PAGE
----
WIC rethinks organic ban 

At the last minute, the Montana Women, Infants and Children (WIC) program has backed away from a plan to cut organic products from its list of approved foods. The cost-saving measure was scheduled to go into effect Dec. 1, but state WIC director Joan Bowsher said Nov. 30 that officials put it on hold in response to widespread concern.

“We got feedback from a lot of people who had concerns about this decision,” says Bowsher. “There always is a lot of interest in making sure we supply the healthiest food possible for this high-risk targeted population that we serve.”

WIC food packages are available to low-income women who are pregnant or have young children, and more than 4,000 people in Missoula County and Flathead counties, among 22,000 statewide, rely on the program. In recent years, Montana WIC has struggled to manage the rising cost of food in the face of flat federal funding. Since 2006, the price of eggs has increased 80 percent, milk 23 percent and cheese 17 percent. And while cutting back organics may have saved some money, Bowsher says it’s not enough.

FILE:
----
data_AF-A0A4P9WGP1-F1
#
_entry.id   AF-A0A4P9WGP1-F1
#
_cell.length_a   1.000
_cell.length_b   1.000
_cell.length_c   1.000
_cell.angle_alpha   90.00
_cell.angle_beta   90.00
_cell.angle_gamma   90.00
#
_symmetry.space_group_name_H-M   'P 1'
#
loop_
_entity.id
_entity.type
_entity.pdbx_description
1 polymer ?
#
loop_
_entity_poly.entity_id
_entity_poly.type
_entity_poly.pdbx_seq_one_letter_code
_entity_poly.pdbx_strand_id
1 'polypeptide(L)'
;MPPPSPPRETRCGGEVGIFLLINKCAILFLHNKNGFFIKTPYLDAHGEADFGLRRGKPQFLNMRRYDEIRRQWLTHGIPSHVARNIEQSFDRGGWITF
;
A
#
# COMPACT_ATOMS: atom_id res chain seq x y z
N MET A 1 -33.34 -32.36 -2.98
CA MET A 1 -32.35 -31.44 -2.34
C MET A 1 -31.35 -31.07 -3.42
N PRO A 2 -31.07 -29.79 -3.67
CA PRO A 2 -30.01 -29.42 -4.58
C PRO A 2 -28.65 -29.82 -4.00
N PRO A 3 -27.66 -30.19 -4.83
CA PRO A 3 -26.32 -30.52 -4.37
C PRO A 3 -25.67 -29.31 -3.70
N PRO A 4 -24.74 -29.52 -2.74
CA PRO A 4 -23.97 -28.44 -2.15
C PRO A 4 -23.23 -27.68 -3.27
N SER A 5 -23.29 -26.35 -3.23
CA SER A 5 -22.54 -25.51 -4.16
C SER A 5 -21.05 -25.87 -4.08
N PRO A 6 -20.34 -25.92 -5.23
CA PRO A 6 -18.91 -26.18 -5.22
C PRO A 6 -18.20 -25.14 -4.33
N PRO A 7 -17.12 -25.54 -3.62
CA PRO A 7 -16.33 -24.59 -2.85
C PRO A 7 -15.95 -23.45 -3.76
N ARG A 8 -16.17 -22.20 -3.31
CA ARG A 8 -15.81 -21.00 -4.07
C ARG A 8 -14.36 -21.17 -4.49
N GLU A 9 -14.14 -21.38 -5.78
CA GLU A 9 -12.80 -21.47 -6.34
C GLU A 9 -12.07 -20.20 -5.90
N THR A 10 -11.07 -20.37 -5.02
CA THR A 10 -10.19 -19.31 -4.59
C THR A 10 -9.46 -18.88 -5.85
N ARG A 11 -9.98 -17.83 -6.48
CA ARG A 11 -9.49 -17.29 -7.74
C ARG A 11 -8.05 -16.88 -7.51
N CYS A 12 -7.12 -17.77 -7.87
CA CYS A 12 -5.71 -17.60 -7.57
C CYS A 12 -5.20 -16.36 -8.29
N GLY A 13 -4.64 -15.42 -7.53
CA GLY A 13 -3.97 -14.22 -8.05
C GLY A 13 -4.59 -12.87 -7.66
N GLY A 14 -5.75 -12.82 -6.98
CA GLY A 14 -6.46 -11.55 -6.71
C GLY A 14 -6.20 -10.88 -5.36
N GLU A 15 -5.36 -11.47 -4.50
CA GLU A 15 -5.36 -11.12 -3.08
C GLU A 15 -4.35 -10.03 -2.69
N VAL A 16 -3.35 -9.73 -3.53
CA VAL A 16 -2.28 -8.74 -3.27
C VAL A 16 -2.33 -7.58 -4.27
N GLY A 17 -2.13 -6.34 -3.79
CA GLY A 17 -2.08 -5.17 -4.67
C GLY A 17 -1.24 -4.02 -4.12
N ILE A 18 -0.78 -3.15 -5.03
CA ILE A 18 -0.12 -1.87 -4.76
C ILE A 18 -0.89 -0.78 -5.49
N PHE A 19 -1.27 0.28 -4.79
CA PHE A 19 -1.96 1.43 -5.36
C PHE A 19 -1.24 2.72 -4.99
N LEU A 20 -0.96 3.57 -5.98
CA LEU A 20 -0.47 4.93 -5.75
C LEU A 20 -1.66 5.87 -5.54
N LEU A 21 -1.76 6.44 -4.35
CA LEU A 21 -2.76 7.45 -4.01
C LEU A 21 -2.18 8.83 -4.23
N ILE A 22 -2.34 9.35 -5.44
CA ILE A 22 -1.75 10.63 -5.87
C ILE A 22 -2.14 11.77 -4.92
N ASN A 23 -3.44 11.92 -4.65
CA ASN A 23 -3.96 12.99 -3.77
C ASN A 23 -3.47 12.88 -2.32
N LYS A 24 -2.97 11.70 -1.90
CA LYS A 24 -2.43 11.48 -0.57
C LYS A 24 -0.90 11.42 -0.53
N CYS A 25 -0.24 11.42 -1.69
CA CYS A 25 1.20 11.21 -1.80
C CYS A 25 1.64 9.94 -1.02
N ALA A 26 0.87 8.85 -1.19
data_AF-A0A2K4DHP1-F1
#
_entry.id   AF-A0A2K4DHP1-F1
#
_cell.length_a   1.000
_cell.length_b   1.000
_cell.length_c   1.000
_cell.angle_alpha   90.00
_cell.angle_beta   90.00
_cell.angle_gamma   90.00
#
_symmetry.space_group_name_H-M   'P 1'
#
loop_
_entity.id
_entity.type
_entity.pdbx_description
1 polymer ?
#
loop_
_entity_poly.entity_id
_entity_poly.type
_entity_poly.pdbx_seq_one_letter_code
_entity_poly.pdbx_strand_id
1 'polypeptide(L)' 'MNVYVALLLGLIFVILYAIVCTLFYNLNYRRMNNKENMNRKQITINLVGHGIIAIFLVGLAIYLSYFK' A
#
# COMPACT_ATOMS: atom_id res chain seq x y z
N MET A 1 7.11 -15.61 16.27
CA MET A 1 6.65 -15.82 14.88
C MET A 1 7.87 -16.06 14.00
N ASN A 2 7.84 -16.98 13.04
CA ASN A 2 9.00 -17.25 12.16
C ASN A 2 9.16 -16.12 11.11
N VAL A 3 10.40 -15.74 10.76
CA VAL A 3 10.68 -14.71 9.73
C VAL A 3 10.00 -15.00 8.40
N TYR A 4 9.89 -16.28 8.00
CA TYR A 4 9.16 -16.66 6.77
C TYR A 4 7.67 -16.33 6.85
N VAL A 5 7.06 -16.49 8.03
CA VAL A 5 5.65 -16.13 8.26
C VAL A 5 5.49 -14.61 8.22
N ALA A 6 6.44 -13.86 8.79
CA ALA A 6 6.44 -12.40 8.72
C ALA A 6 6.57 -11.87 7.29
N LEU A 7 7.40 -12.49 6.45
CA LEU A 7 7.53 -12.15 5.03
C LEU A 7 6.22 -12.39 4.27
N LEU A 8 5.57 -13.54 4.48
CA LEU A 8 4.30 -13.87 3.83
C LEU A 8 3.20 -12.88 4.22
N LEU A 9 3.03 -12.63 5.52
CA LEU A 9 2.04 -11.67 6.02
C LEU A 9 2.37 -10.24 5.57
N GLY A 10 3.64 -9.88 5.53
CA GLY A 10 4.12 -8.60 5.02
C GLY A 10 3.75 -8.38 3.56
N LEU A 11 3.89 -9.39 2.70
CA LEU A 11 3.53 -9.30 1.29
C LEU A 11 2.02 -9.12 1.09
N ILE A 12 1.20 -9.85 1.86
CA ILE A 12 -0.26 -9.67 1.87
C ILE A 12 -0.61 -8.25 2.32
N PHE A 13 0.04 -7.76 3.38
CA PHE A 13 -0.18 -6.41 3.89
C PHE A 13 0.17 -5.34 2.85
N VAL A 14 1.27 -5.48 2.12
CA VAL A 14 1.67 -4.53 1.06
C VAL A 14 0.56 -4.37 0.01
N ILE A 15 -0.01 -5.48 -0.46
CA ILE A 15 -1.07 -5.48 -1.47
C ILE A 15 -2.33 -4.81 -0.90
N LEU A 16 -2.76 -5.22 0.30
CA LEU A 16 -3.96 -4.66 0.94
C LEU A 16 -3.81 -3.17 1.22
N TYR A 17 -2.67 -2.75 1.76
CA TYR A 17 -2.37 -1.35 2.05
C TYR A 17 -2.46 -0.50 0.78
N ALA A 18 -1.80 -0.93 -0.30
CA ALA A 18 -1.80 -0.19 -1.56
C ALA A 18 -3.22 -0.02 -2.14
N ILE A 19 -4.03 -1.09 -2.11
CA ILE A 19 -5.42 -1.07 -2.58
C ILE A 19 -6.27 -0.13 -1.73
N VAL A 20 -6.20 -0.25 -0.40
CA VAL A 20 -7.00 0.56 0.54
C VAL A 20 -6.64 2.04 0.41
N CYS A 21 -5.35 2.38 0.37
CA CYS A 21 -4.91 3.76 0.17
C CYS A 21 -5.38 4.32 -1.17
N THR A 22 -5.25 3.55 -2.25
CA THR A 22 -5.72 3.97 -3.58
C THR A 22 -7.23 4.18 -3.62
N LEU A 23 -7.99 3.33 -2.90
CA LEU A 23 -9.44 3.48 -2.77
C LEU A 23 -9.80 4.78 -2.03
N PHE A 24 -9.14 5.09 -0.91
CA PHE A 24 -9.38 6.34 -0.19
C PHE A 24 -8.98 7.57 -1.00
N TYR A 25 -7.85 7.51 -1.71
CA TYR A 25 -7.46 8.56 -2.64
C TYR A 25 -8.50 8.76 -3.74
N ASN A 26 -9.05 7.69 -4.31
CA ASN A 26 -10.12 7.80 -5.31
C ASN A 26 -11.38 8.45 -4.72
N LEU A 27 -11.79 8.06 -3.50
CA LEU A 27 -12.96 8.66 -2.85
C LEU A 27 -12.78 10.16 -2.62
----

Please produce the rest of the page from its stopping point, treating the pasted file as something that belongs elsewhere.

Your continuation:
“Our overall budget dilemma goes far beyond organic foods,” she says. “Although removing organic foods would save the program some money, it’s difficult to calculate exactly how much. So, for the time being, we’re going to step back and study the issue further.”

Organic products may have won a temporary reprieve, but on March 1 officials plan to require WIC participants to begin buying the least expensive options in grocery stores, which will almost certainly rule out organic items. While it’s not a popular change, Bowsher says it’s one that’s already been made across the nation.

“As far as I know we are one of the very last states to go to the least expensive option,” she says. “And we are one of very few if not the only one to still allow organic products in the program.”
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